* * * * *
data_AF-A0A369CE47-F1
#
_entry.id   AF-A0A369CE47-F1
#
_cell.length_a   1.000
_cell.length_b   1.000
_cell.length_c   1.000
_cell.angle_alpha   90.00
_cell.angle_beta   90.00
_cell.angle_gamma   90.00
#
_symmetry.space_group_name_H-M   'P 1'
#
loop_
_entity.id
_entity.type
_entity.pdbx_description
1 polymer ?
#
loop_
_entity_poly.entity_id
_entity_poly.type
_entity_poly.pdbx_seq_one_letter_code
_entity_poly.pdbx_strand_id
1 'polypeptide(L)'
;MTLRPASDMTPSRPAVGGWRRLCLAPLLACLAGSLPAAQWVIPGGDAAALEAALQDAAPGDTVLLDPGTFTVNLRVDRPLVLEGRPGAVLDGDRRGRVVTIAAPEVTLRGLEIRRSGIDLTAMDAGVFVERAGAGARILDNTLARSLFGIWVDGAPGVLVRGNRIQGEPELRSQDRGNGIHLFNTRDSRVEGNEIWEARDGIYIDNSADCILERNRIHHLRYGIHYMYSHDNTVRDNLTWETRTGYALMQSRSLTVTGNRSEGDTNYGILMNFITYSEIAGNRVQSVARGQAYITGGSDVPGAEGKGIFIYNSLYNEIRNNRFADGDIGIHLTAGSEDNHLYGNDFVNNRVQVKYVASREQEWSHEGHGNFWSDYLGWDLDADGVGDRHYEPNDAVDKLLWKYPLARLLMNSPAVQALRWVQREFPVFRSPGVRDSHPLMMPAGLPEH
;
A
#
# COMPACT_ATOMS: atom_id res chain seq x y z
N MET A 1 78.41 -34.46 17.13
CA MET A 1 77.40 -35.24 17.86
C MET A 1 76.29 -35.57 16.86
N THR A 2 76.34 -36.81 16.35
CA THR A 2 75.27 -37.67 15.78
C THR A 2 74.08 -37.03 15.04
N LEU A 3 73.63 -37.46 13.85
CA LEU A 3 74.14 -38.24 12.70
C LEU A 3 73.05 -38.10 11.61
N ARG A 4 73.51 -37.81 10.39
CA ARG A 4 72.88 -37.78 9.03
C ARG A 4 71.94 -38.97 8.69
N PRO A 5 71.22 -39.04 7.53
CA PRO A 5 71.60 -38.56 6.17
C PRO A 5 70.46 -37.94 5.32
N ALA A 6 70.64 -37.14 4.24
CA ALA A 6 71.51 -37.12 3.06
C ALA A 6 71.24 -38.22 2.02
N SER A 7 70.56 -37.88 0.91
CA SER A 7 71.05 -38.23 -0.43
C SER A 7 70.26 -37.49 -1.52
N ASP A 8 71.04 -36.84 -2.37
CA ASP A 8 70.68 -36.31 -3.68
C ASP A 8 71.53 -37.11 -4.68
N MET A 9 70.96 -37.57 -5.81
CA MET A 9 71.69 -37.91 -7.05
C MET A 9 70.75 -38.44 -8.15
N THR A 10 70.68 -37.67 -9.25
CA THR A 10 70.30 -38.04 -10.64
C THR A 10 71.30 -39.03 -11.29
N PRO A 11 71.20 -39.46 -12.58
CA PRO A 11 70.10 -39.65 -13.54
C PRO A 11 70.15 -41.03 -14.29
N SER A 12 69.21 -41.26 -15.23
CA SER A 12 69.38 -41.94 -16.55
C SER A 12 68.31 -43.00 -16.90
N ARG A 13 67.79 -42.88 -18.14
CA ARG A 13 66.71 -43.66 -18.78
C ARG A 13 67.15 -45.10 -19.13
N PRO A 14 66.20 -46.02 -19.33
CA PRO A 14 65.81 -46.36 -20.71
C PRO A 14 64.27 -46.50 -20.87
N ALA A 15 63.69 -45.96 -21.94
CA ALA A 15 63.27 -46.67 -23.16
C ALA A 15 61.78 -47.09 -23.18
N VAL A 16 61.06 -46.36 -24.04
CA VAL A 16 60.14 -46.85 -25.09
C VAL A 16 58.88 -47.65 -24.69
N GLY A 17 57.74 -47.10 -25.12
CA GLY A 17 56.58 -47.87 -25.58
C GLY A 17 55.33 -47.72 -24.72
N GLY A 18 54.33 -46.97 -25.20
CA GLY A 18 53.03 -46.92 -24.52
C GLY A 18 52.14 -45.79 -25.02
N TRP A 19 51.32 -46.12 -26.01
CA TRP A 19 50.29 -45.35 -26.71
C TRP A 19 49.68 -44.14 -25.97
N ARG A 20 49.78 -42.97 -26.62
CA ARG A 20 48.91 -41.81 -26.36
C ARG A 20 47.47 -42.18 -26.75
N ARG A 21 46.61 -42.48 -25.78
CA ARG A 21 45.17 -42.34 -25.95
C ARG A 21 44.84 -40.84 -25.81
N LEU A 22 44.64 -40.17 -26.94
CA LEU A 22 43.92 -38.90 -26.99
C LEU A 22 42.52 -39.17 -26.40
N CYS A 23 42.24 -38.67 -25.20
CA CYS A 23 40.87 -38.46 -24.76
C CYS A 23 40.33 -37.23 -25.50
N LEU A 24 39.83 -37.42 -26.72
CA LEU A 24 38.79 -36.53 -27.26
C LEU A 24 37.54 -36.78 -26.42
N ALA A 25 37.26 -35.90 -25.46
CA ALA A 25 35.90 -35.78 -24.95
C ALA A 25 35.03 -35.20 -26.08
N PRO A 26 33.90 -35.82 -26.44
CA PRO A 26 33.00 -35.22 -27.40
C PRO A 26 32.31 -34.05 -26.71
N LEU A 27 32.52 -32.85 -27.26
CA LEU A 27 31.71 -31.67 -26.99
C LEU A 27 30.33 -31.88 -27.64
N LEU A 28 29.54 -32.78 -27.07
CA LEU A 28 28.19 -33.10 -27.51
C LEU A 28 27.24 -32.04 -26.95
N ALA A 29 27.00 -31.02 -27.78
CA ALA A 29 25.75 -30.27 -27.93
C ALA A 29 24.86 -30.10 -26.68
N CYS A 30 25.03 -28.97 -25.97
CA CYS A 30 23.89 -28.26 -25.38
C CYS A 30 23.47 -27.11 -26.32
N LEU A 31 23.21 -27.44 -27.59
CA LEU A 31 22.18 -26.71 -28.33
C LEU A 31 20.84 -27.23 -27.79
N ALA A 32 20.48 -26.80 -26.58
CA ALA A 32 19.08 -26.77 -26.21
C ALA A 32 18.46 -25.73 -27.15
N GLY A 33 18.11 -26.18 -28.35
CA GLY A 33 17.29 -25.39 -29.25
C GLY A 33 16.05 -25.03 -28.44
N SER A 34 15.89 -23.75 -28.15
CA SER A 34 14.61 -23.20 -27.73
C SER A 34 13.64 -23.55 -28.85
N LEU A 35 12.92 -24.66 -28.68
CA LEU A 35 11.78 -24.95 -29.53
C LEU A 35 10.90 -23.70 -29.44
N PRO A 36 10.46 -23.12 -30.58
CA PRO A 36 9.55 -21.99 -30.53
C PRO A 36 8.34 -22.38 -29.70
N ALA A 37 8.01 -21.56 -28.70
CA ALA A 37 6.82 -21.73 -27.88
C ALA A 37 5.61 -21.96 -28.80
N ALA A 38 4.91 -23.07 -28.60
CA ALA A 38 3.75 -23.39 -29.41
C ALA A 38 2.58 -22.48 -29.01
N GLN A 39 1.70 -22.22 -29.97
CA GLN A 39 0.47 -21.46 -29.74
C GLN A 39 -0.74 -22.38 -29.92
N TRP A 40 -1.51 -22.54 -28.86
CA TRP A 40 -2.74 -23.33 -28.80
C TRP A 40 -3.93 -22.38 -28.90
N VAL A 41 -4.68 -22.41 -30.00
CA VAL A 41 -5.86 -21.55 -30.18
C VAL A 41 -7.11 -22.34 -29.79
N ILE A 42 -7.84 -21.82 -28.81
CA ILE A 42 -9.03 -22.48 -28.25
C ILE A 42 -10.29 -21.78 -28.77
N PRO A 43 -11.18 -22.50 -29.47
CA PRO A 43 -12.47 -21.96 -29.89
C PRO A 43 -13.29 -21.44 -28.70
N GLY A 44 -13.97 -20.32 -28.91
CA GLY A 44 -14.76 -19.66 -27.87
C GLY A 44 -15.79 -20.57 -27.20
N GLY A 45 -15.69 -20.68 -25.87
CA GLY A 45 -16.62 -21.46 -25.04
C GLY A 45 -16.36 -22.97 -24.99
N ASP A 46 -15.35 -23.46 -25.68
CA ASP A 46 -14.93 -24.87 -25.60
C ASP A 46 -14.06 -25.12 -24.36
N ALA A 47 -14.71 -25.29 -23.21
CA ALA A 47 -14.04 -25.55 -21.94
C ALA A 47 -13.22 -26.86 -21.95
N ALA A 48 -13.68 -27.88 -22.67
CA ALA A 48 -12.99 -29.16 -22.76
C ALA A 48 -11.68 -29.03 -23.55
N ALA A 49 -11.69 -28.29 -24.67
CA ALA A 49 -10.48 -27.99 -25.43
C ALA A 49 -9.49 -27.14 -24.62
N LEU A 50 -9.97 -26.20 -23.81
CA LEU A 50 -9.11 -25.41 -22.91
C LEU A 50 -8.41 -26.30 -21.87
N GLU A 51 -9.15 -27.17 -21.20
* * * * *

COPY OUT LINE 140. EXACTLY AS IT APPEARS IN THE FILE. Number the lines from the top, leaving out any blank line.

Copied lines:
CA ALA A 37 6.82 -21.73 -27.88